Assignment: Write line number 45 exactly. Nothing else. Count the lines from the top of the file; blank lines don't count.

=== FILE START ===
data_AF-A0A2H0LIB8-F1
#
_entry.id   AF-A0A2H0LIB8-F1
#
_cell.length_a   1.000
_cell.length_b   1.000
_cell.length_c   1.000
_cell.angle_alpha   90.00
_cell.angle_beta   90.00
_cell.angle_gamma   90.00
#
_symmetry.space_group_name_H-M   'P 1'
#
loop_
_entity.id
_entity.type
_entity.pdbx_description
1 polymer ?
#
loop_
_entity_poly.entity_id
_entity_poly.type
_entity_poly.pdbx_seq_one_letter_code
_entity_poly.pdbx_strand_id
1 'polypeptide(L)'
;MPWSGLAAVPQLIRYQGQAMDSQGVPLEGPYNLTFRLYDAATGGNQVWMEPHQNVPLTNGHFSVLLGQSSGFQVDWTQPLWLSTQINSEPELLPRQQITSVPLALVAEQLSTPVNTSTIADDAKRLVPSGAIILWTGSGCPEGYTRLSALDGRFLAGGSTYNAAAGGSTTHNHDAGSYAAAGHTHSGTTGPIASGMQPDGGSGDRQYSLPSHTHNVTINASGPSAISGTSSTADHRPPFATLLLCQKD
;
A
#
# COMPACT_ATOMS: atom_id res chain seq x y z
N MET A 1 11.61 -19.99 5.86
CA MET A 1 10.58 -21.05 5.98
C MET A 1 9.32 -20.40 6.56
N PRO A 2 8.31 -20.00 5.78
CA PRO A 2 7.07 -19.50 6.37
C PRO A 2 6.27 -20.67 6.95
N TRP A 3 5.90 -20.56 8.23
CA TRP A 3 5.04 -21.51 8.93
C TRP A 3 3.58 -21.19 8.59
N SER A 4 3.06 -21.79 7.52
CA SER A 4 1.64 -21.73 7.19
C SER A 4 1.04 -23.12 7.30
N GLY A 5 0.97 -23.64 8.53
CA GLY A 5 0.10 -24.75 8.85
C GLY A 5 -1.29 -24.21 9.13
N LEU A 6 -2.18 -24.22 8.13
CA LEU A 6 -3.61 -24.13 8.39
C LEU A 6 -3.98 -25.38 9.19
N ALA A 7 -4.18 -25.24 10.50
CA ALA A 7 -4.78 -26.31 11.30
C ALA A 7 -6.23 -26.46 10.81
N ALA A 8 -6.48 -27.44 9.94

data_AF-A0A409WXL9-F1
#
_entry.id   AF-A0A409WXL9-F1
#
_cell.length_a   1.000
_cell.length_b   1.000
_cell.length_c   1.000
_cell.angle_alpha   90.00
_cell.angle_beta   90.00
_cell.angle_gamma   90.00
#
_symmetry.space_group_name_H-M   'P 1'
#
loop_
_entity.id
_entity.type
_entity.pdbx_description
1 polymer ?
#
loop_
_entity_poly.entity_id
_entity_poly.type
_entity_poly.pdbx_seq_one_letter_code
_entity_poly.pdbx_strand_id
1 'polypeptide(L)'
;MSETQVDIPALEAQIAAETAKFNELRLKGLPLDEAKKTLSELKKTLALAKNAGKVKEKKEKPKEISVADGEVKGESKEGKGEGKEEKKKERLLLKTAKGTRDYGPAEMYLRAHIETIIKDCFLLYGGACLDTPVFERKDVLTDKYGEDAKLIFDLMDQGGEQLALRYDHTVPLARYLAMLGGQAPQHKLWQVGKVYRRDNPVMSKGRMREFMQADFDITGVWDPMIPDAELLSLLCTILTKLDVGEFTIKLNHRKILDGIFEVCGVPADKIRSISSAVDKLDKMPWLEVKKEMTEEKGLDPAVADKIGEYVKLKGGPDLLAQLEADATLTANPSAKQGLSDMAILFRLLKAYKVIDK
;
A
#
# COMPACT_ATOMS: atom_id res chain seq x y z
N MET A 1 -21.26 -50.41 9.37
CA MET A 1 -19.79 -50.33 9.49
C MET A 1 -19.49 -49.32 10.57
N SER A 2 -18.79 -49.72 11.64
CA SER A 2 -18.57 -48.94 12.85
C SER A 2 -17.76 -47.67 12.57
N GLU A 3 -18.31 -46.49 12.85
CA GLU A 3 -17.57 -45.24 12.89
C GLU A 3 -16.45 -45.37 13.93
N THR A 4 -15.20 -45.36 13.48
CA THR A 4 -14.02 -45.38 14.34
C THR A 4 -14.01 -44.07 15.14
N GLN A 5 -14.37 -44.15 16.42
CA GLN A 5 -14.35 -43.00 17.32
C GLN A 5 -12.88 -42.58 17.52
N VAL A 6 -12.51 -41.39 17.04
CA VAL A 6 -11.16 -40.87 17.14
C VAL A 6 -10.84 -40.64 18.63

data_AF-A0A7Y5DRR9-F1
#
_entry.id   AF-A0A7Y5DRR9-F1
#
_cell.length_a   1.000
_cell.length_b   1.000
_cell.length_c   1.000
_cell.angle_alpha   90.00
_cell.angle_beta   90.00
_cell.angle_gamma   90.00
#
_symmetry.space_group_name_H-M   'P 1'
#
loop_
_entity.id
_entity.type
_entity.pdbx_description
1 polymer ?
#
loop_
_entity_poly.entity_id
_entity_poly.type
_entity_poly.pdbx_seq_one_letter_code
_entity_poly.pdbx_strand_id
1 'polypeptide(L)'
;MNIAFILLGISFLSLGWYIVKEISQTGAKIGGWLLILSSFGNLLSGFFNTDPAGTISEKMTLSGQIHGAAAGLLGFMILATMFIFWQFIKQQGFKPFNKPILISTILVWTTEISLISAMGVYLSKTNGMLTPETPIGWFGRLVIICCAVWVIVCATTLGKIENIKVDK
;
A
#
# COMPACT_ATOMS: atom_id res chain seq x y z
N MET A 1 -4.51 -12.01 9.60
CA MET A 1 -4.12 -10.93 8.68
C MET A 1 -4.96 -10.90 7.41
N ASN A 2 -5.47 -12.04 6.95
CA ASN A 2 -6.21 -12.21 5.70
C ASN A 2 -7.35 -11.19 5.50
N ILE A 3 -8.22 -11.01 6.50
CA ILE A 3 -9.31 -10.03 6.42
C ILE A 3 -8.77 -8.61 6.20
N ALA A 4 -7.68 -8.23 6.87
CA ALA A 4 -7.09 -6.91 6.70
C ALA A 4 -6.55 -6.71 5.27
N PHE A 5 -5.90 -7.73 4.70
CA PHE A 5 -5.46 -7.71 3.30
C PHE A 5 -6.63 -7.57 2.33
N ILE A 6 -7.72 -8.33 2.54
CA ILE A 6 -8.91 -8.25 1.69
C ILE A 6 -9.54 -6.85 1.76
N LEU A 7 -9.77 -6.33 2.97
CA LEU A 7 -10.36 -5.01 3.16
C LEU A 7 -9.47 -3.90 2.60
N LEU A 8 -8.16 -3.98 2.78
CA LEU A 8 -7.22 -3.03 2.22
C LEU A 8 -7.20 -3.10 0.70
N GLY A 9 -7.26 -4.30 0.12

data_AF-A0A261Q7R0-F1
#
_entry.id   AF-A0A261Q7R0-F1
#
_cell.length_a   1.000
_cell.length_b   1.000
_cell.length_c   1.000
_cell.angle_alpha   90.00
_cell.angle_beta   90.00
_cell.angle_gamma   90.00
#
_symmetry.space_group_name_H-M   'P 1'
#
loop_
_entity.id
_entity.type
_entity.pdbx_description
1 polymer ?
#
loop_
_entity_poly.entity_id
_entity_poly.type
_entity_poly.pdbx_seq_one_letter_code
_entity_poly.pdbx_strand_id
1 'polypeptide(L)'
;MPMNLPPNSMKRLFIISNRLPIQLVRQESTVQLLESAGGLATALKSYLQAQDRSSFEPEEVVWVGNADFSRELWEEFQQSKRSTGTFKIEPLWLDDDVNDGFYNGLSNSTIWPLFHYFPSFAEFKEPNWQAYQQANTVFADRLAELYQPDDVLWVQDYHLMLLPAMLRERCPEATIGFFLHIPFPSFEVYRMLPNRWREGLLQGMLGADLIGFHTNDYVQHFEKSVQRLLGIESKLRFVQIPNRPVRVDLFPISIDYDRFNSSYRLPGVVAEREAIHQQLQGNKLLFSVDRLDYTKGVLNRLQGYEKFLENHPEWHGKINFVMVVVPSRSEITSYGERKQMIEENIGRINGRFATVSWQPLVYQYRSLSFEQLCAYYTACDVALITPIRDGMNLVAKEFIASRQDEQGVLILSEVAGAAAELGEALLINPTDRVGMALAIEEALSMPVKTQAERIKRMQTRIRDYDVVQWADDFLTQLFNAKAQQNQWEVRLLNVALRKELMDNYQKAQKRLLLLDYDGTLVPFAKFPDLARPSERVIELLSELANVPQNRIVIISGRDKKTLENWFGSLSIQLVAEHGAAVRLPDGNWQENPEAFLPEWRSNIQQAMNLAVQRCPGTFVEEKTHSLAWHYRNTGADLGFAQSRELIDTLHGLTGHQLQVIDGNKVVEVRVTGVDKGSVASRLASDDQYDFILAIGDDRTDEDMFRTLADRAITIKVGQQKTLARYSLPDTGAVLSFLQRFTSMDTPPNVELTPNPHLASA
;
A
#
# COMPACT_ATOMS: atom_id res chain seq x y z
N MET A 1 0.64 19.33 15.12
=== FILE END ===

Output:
C GLY A 5 -1.29 -24.21 9.13